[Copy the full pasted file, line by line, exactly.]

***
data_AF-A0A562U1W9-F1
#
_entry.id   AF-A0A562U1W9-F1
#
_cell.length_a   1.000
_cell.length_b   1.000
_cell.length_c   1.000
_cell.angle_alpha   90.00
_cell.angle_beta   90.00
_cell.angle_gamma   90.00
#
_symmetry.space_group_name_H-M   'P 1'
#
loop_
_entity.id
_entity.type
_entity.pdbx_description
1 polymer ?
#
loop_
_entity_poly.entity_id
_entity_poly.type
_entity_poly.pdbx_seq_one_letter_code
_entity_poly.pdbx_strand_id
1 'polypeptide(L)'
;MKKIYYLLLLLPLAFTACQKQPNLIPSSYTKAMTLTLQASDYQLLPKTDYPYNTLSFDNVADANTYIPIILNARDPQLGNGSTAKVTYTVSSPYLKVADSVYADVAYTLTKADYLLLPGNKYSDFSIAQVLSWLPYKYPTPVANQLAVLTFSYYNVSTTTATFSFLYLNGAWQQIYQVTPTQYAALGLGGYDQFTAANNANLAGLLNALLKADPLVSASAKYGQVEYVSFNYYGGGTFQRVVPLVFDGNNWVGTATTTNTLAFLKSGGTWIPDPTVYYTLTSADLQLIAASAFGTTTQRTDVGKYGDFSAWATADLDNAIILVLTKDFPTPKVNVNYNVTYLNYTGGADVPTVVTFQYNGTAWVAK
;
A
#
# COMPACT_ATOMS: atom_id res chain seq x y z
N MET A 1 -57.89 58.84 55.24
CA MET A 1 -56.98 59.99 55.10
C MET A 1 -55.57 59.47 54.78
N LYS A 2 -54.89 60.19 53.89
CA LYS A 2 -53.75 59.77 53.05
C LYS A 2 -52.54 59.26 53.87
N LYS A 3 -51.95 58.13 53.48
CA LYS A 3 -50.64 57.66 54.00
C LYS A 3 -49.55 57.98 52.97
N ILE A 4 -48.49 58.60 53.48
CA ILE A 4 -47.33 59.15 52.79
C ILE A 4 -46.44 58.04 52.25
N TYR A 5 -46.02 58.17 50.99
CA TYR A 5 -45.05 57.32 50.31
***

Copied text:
data_AF-A0A562U1W9-F1
#
_entry.id   AF-A0A562U1W9-F1
#
_cell.length_a   1.000
_cell.length_b   1.000
_cell.length_c   1.000
_cell.angle_alpha   90.00
_cell.angle_beta   90.00
_cell.angle_gamma   90.00
#
_symmetry.space_group_name_H-M   'P 1'
#
loop_
_entity.id
_entity.type
_entity.pdbx_description
1 polymer ?
#
loop_
_entity_poly.entity_id
_entity_poly.type
_entity_poly.pdbx_seq_one_letter_code
_entity_poly.pdbx_strand_id
1 'polypeptide(L)'
;MKKIYYLLLLLPLAFTACQKQPNLIPSSYTKAMTLTLQASDYQLLPKTDYPYNTLSFDNVADANTYIPIILNARDPQLGNGSTAKVTYTVSSPYLKVADSVYADVAYTLTKADYLLLPGNKYSDFSIAQVLSWLPYKYPTPVANQLAVLTFSYYNVSTTTATFSFLYLNGAWQQIYQVTPTQYAALGLGGYDQFTAANNANLAGLLNALLKADPLVSASAKYGQVEYVSFNYYGGGTFQRVVPLVFDGNNWVGTATTTNTLAFLKSGGTWIPDPTVYYTLTSADLQLIAASAFGTTTQRTDVGKYGDFSAWATADLDNAIILVLTKDFPTPKVNVNYNVTYLNYTGGADVPTVVTFQYNGTAWVAK
;
A
#
# COMPACT_ATOMS: atom_id res chain seq x y z
N MET A 1 -57.89 58.84 55.24
CA MET A 1 -56.98 59.99 55.10
C MET A 1 -55.57 59.47 54.78
N LYS A 2 -54.89 60.19 53.89
CA LYS A 2 -53.75 59.77 53.05
C LYS A 2 -52.54 59.26 53.87
N LYS A 3 -51.95 58.13 53.48
CA LYS A 3 -50.64 57.66 54.00
C LYS A 3 -49.55 57.98 52.97
N ILE A 4 -48.49 58.60 53.48
CA ILE A 4 -47.33 59.15 52.79
C ILE A 4 -46.44 58.04 52.25
N TYR A 5 -46.02 58.17 50.99
CA TYR A 5 -45.05 57.32 50.31